These healthy air fryer biscuits are low in calories, fat-free, and made with only 4 ingredients! You won't believe these fluffy and delicious biscuits only have 90 calories each!
The secret ingredient of these biscuits is Greek yogurt. A slight variation on the popular 2 ingredient dough, this recipe adds milk to give the biscuits a fluffier texture. An added touch of sugar helps balance the tang of the Greek yogurt.
Your family won't even guess that there is yogurt in these biscuits. Trust me, they don't taste like yogurt. While they may not taste 100% like the buttermilk biscuits your grandma made, they are pretty darn close for a low-calorie alternative. They will definitely satisfy your biscuit craving without busting your diet!
With only 4 ingredients, this is such a simple and easy recipe to throw together! These can be ready for a quick morning breakfast in no time.
You will need:
- 1 cup self-rising flour, plus extra for rolling
- ½ cup plain nonfat Greek yogurt
- ¼ cup nonfat milk
- 1 teaspoon sugar
For the lowest-calorie options, stick to nonfat Greek yogurt and nonfat milk. However, if you want to use regular varieties that will work too.
You can also use 2 tablespoons of evaporated milk plus 2 tablespoons of water instead of fresh milk. I often do this if I don't have any fresh milk in the fridge.
The one teaspoon of sugar helps balance the tang of the yogurt. You could substitute the sugar for a granular sugar substitute, such as swerve.
How to Make Self-Rising Flour
If you don't have self-rising flour on hand, you can make your own. Combine 1 cup all-purpose flour, 1 ½ teaspoons baking powder, and ¼ teaspoon salt.
If you use premade self-rising flour, it will just save you a couple steps.
First, you will start out by mixing the dough. Add the self-rising flour, yogurt, sugar, and milk to a small mixing bowl.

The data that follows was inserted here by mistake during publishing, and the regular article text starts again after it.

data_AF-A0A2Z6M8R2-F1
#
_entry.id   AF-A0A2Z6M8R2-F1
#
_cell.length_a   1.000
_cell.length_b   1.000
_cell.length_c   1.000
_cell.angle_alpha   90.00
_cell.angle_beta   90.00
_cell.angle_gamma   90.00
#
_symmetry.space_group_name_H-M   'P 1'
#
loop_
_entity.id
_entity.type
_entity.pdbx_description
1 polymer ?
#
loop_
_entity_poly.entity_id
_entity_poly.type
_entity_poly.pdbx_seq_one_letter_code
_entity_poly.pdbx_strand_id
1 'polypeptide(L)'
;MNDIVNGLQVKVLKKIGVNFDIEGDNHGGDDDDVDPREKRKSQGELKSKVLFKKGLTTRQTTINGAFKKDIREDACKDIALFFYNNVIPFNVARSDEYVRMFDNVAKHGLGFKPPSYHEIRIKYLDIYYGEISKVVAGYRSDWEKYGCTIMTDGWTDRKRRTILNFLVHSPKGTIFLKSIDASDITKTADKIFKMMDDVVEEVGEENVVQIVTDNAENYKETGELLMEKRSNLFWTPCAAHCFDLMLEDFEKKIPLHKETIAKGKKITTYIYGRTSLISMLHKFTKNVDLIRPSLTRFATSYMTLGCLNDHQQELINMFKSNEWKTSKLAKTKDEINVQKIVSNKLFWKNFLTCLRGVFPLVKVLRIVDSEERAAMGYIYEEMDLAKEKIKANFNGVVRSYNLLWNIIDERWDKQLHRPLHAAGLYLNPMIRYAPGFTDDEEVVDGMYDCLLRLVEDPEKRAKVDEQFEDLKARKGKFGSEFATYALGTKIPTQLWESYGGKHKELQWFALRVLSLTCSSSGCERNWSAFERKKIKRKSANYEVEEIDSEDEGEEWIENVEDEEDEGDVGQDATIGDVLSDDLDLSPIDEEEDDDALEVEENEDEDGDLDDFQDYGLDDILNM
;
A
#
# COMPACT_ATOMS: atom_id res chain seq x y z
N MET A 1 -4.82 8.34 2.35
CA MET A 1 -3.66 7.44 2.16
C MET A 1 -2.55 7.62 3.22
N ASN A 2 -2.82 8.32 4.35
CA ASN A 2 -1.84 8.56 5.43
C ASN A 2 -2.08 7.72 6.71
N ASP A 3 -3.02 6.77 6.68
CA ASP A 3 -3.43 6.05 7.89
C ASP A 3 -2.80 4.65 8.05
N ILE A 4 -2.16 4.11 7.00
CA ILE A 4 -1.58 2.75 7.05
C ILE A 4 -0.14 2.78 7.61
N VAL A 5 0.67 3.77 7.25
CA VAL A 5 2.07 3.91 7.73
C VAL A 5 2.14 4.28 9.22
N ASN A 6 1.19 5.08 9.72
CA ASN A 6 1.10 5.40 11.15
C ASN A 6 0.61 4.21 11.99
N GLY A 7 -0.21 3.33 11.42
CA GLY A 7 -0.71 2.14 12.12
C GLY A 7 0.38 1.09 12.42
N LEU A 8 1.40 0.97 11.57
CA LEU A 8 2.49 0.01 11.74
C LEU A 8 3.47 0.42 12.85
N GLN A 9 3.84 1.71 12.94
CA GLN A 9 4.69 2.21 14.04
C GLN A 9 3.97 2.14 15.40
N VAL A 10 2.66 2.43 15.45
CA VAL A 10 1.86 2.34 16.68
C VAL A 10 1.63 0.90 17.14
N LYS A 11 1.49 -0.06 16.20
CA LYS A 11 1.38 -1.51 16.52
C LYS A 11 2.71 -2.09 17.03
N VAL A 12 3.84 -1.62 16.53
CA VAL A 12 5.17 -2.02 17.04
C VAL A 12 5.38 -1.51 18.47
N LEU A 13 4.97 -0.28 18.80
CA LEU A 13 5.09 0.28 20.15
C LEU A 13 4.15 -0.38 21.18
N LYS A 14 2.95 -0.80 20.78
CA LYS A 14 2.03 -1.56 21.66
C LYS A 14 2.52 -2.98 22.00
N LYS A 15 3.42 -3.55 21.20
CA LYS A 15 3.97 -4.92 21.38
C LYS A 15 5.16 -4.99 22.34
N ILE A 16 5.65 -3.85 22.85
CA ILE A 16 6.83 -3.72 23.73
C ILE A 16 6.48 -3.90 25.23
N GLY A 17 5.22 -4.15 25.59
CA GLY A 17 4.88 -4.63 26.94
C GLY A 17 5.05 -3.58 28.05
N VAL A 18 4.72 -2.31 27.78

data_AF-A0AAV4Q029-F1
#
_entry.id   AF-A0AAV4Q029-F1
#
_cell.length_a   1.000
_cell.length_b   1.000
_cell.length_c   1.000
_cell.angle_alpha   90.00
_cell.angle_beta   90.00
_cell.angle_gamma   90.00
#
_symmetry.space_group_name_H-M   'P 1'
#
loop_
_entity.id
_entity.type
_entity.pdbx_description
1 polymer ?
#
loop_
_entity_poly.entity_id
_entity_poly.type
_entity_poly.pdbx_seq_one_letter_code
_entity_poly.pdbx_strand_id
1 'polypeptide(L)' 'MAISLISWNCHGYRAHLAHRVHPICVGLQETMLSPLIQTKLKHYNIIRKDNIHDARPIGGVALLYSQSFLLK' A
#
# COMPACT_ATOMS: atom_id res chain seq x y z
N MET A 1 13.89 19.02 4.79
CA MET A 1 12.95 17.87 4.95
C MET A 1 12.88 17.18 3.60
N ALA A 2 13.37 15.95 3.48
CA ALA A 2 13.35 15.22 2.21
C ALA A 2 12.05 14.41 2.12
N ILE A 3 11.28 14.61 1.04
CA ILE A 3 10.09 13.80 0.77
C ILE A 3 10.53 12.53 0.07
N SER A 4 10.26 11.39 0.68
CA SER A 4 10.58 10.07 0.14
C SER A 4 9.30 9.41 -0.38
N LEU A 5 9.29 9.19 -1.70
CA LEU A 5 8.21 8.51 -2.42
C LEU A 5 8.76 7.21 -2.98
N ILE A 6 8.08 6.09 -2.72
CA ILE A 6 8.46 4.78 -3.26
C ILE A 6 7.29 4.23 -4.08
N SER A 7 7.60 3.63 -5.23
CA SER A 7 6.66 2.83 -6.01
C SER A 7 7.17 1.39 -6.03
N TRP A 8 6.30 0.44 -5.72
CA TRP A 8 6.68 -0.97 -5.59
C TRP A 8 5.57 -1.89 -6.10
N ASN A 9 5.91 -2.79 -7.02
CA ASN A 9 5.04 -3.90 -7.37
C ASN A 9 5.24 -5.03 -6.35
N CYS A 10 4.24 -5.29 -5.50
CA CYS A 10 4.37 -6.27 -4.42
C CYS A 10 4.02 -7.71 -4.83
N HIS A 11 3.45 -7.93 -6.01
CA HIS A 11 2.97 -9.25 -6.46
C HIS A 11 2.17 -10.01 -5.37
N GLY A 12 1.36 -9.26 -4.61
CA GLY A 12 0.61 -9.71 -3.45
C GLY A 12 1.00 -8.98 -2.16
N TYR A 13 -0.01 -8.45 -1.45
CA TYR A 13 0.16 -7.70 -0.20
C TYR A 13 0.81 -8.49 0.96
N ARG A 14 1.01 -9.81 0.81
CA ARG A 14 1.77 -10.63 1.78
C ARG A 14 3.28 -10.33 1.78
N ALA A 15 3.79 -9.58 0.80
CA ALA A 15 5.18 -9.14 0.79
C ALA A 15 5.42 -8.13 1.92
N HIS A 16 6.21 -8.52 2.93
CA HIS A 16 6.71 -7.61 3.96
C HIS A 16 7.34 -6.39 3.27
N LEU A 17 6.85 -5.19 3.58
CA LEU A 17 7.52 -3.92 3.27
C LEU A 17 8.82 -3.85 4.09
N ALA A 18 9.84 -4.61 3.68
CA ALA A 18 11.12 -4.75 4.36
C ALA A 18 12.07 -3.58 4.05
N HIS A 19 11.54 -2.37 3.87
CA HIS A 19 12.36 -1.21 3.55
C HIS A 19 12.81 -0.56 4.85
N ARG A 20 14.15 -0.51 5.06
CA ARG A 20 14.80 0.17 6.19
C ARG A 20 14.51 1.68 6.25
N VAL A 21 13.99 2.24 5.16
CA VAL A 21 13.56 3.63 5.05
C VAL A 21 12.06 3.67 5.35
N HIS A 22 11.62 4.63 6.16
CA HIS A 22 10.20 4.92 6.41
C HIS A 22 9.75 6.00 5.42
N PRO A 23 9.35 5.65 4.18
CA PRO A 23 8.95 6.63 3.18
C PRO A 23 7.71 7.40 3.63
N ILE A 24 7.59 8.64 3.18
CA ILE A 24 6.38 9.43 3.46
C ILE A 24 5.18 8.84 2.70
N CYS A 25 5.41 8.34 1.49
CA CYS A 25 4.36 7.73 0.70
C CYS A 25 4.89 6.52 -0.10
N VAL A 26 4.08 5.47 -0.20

Stir until all of the flour is incorporated and a ball of dough forms. The dough should be thick and slightly sticky.
Lightly flour a cutting board or flat surface. Place the ball of dough on the floured surface and sprinkle a little bit of flour on top of the dough ball.
Using a small rolling pin, roll dough into a rectangle about 1" thick. If dough is too sticky to roll, you can sprinkle a little extra flour on your rolling pin.
Next, cut the dough into 6 pieces to form 6 biscuits. You could use a biscuit cutter to make them perfectly round, but I usually just slice them into rectangles. This makes it easy to divide into 6 even pieces.
Spray the air fryer basket with nonstick spray and place the biscuits in a single layer. Biscuits should be separated by at least about 1".
Air fry at 350 degrees for 8-10 minutes until the tops are lightly golden brown. I do not usually flip the biscuits, but if you want the bottoms to be more browned you may need to flip them halfway through the cooking time. Exact cook time will depend on your air fryer model.
The tops may appear slightly floury after cooking. You can lightly spray them with oil or brush with melted butter to soak up any remaining flour on top.